As the International Monetary Fund (IMF) continues its effort to advance the technologies behind central bank digital currencies (CBDCs), some members of the crypto community have reacted strongly against the IMF’s efforts to further the initiative.
In a June 19 CBDC policy roundtable, the IMF’s director of the monetary and capital markets department, Tobias Adrian, presented a new platform concept for cross-border payments. This includes a blueprint for a payment system that uses one ledger to record CBDC transactions. According to Adrian, the “XC platform” will have a single ledger where digital representations of central bank reserves in any currency can be exchanged.
While the IMF seemed eager to share new development, the same cannot be said for many members of the crypto community, which interpreted the move as a “power grab” and claimed that no one wants centrally-controlled money.
The IMF is creating a global CBDC platform. Where central banks globally would follow the same regulatory framework.— Layah Heilpern (@LayahHeilpern) June 19, 2023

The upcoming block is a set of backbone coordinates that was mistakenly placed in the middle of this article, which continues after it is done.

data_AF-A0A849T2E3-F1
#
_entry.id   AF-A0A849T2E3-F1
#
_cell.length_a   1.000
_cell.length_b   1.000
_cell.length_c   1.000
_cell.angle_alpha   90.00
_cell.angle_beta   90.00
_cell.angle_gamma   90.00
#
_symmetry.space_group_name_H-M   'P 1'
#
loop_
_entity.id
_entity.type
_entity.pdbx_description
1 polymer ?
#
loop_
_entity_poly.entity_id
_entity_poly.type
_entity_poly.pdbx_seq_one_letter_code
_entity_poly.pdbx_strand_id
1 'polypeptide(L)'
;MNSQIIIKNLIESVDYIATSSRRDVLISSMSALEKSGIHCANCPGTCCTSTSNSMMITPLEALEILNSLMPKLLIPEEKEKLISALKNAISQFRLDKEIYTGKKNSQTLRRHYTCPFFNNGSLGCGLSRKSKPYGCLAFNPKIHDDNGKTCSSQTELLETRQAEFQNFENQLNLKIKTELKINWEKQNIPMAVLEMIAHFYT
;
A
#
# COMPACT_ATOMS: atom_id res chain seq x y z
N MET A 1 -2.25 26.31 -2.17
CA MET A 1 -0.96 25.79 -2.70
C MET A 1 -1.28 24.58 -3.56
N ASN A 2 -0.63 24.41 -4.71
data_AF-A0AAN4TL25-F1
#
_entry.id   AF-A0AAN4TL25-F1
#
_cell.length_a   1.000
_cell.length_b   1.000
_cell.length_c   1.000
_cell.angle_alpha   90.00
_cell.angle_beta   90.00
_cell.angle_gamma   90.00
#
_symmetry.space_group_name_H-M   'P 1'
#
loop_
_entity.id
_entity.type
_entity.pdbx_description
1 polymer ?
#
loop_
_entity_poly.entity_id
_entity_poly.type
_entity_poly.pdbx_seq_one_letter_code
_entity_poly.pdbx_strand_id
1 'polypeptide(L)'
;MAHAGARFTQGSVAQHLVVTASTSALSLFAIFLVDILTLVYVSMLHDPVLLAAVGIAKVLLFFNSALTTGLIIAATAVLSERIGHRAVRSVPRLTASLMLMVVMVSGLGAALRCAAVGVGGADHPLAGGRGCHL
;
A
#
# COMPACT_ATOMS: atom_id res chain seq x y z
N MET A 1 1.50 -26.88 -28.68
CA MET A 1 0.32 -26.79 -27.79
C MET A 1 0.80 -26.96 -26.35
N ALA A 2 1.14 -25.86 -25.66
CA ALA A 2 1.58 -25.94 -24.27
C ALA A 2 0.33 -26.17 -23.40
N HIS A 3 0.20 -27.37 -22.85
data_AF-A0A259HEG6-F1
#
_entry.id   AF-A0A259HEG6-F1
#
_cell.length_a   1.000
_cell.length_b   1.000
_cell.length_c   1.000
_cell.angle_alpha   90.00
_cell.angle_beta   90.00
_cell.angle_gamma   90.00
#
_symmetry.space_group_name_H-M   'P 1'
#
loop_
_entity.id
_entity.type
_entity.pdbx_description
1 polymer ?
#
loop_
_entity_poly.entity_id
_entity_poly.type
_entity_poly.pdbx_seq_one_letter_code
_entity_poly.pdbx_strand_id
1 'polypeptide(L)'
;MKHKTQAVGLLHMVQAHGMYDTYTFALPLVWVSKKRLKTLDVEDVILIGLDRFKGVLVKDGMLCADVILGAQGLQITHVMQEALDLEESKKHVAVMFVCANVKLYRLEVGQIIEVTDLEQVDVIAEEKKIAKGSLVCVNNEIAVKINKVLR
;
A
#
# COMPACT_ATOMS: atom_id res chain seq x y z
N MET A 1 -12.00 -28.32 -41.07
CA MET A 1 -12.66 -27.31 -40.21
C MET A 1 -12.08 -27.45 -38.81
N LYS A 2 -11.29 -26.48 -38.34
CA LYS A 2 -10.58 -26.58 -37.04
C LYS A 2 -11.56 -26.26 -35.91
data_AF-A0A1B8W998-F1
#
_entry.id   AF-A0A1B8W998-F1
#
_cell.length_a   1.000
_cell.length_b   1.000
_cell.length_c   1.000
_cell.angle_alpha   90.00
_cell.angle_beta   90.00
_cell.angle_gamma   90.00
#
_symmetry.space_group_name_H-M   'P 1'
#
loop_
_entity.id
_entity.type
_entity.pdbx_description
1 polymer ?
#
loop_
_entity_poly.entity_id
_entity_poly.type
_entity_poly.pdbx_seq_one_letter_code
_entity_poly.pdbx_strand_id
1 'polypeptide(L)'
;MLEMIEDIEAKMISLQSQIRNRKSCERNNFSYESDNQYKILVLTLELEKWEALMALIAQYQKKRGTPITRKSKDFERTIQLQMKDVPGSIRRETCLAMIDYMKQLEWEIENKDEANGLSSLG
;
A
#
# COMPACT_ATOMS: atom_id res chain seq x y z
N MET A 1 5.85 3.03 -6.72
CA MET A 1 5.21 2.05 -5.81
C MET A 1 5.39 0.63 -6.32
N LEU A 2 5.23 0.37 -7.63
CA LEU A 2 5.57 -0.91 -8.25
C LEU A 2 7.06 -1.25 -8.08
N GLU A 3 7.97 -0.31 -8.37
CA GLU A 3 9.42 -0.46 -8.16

So, if you say the wrong thing in one country, you'll have nowhere to flee as they can switch your money off anywhere in the world in any jurisdiction.
According to a Reddit user, the whole project is just a new attempt by the IMF to gain more control, arguing that the organization is now using issues that they’ve “ignored for decades,” like financial inclusion, as a “Trojan horse” to push CBDCs forward. The Redditor wrote:
“The IMF is once again back to their old game. With nations exploring CBDCs, they see this as their next opportunity to amass more power and control.”
On Twitter, one person criticized the IMF’s latest move by saying that the new platform sounds very similar to a “sh*tcoin.” The Twitter user argued that governments or the IMF should not be able to decide on what “the best money is.“
Responding to the new platform, another community member described CBDCs as a “dystopian nightmare.” The Redditor highlighted that this would give government agencies complete control over individuals, as they could see every transaction and allow the IMF to turn off access to their own money whenever they want.
One person expressed joy that they haven’t seen individuals advocating for CBDCs, stating that “no one wants this” centrally managed and controlled money.